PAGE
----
Architecture is not always about the beautiful or the monumental: there are many buildings around the world whose architects seem to defy all rules. If you are an oddity aficionado, then the good news for you is that you will be able to spot weird and unusual constructions in every corner of the world. You don’t even need a travel guide or some sort of special skills in order to locate them: they simply pop out of the scenery. And while some of these strange and daring creations have reached landmark status (I’m sure that no one saw the Eiffel Tower or the Bilbao Museum as the right construction at the right place when they were first inaugurated) some remain plainly weird. Today’s post will mostly deal with this latter category:
The Crooked House, Poland
Within just a few miles from the Baltic port of Gdansk, Sopot is Poland’s most famous seaside resort. Throughout the years, Sopot has hosted millions of tourists and celebrities, and they all stood still and raised an eyebrow at the sight of Krzywy Domek, also known as The Crooked House. Although your eyes and mind might make you thing that the following picture is Photoshopped, I can assure you that its is nothing but a faithful image of the real object.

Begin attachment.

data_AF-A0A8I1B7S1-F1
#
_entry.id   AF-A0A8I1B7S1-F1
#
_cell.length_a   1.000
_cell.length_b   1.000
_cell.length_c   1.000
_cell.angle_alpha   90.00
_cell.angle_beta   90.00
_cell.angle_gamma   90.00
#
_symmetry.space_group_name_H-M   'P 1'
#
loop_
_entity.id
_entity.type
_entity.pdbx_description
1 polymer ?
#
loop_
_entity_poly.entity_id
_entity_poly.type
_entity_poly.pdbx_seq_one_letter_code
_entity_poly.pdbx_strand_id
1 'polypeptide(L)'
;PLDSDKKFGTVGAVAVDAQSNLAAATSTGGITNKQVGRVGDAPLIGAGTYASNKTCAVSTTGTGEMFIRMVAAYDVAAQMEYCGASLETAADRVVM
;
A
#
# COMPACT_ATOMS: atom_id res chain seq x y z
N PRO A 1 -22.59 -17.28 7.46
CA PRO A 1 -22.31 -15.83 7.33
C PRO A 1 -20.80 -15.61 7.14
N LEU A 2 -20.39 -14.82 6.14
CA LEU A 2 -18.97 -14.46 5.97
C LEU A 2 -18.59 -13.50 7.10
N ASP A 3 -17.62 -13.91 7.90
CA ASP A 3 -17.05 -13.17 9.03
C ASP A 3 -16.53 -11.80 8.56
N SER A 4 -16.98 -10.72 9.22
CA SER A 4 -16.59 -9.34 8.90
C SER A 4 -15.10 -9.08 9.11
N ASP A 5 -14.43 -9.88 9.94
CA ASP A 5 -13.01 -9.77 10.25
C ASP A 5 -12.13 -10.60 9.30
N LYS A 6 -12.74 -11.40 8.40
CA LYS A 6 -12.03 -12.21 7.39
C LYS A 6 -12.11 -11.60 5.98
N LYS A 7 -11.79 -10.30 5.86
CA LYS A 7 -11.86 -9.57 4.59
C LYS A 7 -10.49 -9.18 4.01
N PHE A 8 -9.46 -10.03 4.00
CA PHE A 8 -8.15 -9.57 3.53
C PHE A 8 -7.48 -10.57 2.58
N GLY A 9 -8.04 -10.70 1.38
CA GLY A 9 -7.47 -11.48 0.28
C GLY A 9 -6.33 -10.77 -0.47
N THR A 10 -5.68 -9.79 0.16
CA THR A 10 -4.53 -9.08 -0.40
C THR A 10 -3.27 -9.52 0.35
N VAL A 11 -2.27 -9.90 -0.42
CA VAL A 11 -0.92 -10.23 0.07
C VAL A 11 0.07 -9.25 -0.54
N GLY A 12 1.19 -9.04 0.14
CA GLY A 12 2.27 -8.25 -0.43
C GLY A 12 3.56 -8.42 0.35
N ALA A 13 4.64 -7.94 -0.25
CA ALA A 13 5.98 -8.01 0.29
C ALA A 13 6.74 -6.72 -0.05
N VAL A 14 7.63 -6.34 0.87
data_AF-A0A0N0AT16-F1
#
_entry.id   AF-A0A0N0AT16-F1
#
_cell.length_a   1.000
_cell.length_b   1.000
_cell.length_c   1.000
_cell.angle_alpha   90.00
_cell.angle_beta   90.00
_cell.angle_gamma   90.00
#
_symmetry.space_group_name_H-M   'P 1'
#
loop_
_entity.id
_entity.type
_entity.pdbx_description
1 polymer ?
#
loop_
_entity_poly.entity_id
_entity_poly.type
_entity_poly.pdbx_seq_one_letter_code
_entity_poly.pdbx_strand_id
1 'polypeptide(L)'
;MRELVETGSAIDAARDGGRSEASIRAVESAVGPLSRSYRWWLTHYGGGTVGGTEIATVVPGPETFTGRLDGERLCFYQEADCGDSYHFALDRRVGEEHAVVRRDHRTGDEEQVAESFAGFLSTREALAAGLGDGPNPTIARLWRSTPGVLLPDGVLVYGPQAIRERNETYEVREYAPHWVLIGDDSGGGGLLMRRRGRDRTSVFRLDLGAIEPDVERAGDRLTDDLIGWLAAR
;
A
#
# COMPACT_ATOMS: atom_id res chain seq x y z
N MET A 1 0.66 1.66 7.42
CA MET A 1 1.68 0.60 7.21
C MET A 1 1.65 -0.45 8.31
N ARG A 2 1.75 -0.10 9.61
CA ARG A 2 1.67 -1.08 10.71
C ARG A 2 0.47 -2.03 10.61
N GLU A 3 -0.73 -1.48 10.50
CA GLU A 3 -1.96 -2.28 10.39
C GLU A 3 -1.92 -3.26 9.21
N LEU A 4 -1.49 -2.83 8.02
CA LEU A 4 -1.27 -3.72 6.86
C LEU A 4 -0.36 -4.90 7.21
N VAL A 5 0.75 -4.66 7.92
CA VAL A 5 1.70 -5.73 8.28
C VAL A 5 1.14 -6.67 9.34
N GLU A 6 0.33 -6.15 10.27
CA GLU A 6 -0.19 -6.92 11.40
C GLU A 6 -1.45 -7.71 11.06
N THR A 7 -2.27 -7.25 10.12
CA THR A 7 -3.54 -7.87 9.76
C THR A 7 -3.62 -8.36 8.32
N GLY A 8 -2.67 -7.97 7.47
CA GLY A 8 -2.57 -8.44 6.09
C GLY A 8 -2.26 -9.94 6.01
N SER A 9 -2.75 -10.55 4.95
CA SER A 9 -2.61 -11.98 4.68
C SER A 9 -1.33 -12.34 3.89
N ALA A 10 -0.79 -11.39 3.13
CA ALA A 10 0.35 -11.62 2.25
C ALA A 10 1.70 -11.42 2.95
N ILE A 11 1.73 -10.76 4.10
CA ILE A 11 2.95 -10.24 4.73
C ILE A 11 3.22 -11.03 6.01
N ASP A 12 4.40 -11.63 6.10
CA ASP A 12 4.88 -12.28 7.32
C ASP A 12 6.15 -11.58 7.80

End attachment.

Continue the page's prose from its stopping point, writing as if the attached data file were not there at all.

Kansas City Public Library, USA
If you happen to drive along Kansas City’s 10th street, you have all the chances to be amazed by the 22 enormous book spines that form the facade of Kansas City Public Library parking lot. Designed as to resemble a book shelf, (the facade is actually known as the ‘Community Book Shelf’) this original facade consists of carefully selected replicas of some popular books, including Charlotte’s Web, 100 Years of Solitude or A Tale of Two Cities.
House Attack, Austria
The building of Museum Quartier in Vienna has recently gained an interesting addition. On the gray building’s top margin, one can see a hanging wooden house that leaves the passers-by under the impression that it will collapse in every second. House Attack is actually the work of nonconformist sculptor Erwin Wrum, and it seems to symbolize the clash between the ordinary life and the institutionalized art.
Wooden Gangster House, Russia
What is now considered to be the tallest log cabin in the world in not the work of some visionary architect or eccentric millionaire. Nikolai Sutyagin is an ex-convict living with his family in the northern city of Arkhangelsk, Russia and who wanted something a little different from the typical socialist apartment building. Although it is hard to tell how much longer will this fragile and fantastic construction resist, one must admit that a 144 foot height is quite impressive for a wooden house.
La Pedrera, Spain
Casa Mila in Barcelona is yet another chimera that haunted the imagination of Spanish architect Antonio Gaudi (best known for designing the Sagrada Familia cathedral). Despite its out-of-this-world shape and complex symbolism, Casa Mila wasn’t meant to become a hit: everybody in Barcelona now knows it as La Padrera, which in the Catalan language translates as ‘The Quarry’.